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The Priests of J. F. Powers

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Though James Farl Powers (1917—1999) focused his fiction on a variety of subjects, he is best known for his depictions of Catholic priests.  This unique gift is particularly evident in his novel, “Morte D’Urban”, and in several of his short stories.

“Morte D’Urban” concerns the spiritual transformation of a priest who is overly preoccupied with the things of this world.  The protagonist, Father Urban, is an ace on the golf course and a popular preacher, and if a new church needs to be built, he is the one who can raise the funds.  The latter attribute involves him with a character named Billy Cosgrove.  Billy is no Al Capone, but he is a corrupting influence all the same.  Father Urban’s eventual revolt against Billy’s evil is a moving and pivotal episode.

Readers unfamiliar with Powers’ work should not expect anything resembling “The Thorn Birds”.  Urban’s comical odyssey does include various temptations, but the author steers clear of every cliché.  During a potentially dangerous encounter with a woman named Sally, Urban sinks into a mildly intoxicated daydream.  It is an artfully rendered prose-description of what might have been, not necessarily what should have been.  Powers portrays Urban’s rejection of Sally’s advances with cool-headed restraint and realism.

Flannery O’Connor described the Catholic characters of Powers as “vulgar, ignorant, greedy, and fearfully drab”.  Then, with her usual clear-sightedness, she added: “Mr. Powers doesn’t write about such Catholics because he wants to embarrass the Church; he writes about them because, by the grace of God, he can’t write about any other kind.  A writer writes about what he is able to make believable.”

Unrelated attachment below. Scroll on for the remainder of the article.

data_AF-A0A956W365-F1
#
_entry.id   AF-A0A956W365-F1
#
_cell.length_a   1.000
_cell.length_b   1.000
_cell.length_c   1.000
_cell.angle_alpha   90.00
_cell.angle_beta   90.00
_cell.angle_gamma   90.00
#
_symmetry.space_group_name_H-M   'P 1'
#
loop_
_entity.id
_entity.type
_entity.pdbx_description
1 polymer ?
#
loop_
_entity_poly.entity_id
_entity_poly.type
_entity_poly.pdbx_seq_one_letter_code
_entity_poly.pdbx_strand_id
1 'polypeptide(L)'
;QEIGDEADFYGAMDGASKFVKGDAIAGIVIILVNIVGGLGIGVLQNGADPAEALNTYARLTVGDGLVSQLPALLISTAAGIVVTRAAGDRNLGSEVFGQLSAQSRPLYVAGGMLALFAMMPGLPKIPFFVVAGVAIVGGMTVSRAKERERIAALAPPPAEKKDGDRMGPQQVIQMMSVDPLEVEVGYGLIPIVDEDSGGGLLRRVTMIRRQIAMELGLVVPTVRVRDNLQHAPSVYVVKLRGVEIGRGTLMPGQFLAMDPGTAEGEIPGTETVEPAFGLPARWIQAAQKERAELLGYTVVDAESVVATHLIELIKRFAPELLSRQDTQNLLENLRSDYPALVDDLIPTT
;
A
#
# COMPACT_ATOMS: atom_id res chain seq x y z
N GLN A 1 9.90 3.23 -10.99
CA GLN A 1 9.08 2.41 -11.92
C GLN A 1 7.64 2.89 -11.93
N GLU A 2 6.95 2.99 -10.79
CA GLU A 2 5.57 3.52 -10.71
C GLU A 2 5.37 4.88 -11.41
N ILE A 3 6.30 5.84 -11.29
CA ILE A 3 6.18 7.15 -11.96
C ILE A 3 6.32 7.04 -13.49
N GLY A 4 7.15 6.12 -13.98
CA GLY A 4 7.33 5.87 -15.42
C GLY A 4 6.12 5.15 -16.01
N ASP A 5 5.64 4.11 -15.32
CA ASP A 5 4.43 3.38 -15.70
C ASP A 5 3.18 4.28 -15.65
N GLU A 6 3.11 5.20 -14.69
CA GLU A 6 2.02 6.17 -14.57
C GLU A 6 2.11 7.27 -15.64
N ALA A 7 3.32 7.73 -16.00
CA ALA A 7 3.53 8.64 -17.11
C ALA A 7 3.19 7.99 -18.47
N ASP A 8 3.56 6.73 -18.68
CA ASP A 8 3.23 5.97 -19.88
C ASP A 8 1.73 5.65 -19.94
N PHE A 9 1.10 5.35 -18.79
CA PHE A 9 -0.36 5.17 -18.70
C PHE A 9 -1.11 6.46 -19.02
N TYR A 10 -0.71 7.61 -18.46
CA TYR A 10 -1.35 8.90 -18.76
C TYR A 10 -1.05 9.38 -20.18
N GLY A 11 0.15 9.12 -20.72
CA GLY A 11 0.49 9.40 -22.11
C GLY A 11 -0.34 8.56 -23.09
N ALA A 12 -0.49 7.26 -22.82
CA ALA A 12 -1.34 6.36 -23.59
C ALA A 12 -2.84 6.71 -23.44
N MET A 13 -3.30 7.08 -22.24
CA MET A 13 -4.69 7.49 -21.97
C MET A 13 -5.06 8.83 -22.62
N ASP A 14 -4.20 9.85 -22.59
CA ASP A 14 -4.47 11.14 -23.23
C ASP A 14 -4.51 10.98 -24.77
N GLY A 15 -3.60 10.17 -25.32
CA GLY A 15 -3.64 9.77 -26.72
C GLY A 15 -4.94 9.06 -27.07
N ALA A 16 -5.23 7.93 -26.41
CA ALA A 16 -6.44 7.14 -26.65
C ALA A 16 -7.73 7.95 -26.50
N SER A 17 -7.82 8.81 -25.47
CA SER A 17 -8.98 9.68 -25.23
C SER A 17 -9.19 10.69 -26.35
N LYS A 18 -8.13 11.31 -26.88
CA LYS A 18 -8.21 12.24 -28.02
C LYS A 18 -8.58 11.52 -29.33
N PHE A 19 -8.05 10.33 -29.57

Father Ernest Burner is a classic example of such a character.  He is the protagonist in a short story called “Prince of Darkness”.  Burner is an overweight, discontented forty-three year old curate who dreams of having a parish of his own.  But the expectations and hopes that were attached to his priestly calling never seem to pan out: ‘He was the desperate assistant now, the angry functionary aging in the outer office.  One day he would wake and find himself old, as the morning finds itself covered with snow.’  The handling of such a character by any other writer would result in gloom.  But Powers transforms the crude material of Father Burner into something enjoyable.

The same protagonist is present in “Death of a Favorite” and “Defection of a Favorite”, and these two stories are told from the perspective of a rectory cat!  The droll and observant feline, whose name is Fritz (no relation whatsoever to the film character, “Fritz the Cat”), has an antagonistic relationship with Father Burner.  But there’s a special providence in the actions of a cat; thus things work out all right for both Fritz and the curate.

These three short stories—plus “Morte D’Urban”—represent J. F. Powers at his very best.  And where the Catholic clergy is concerned, I doubt that it’s possible to read anything more intelligent, humorous and true to life.